You left after a few days, and although we tried to clarify and pacify, it was more out of tradition than actually caring. I reckon.
The months passed, the distance increased. It hurt but 2009 was teaching me all about the importance of being cool, calm, and internally bleeding. Academia was challenging me, digs life was wracking my nerves, religion tearing my soul apart…contemplating the loss of one of my closest friends wouldn’t help me sleep any better.
And the months passed, and the seasons changed, and I realised the past can never be repeated. We can take similar photos, we can kiss similar lips, we can write similar songs, but once one thing is done, it’s gone. Just like you.
I come home in July, one day before your farewell, three weeks after you arrived here for a holiday. I’m invited to it, but not by you. I’m not surprised, in fact my emotions are so stilted and tied I can barely describe them. I arrive, I see people, acquaintances, more people I call friends, my mind reels with labels, tearing them off one and attaching them to another, all the while being told my boobs have grown since going to Rhodes, and who would have thought Marty would try weed.
And then you arrive, late, and it is only after you greet me that I notice you. I’d walked right past you and hadn’t seen you. We hug, we say hello, I say how are you, you are great, and you ask how I am, I am awesome. Funny choice of word, Marty, I think. Usually it is her who is awesome, loudly confident and visually perfect. She does the usual routine of closing her eyes and declaring she is not drunk, before anyone has even claimed she might be, and then I proceed to my seat to talk to other people. It’s been a minute, I’ve already run out of words for her. I used to have so many. But that was a long time ago, and now I turn to other conversations and faces.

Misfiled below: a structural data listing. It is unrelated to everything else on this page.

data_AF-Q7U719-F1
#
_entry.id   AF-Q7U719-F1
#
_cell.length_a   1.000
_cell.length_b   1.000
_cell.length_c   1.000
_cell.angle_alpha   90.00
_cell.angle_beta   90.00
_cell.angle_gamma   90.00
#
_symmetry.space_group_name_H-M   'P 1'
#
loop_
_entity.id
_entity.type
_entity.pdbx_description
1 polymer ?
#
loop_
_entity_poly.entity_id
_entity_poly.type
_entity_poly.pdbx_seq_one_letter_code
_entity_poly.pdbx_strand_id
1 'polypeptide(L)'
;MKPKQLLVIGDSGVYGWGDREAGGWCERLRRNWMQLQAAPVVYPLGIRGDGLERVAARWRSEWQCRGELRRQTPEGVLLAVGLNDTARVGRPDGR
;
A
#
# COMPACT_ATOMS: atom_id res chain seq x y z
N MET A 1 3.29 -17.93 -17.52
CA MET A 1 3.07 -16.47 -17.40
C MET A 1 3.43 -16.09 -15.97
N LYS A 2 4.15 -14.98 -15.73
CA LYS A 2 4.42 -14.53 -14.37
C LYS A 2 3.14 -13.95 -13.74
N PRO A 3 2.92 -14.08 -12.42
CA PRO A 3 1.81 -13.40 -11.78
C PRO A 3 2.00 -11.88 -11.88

This morning I remember the friendship bracelets I’d bought us, and I wonder if you are still wearing yours. I’m glad I didn’t check when I saw you last night, that might have punctured my armour. But I know it’s over now. You left early last night, I don’t know why, I didn’t really care. I was having a good time with a dozen other people. I hugged you goodbye, asked when you were leaving, who you were staying with. I listened to the answers, nodded, my eyes and smile probably gave away more than I intended. I think if I spoke at all last night it was because I was scared of the silence. And because I wanted to give you a chance to enthrall me again. But you didn’t, and that’s really fine by me. I don’t wish you anything bad. I see now your life is made up of extremities, of blood sisters and passionate crushes, which burst into flame, and equally powerfully burst into dead ashes. My life is similarly structured, though I like to think there are some hands I hold onto throughout my life. Some hands, but I guess not yours.
As she picked up the scissors to free the old string from her arm, she felt as much melancholy as peace. This was only one more wave in the eternal wavescape that is Life. There are peaks, there are troughs.
Just as one wave reaches its lowest point, it turns around and heads upwards, breaking through the axis line, rocketing.
The rainbow-coloured string fell free into the memory box.
The lid shut. She put on her takkies and went to dinner with another friend.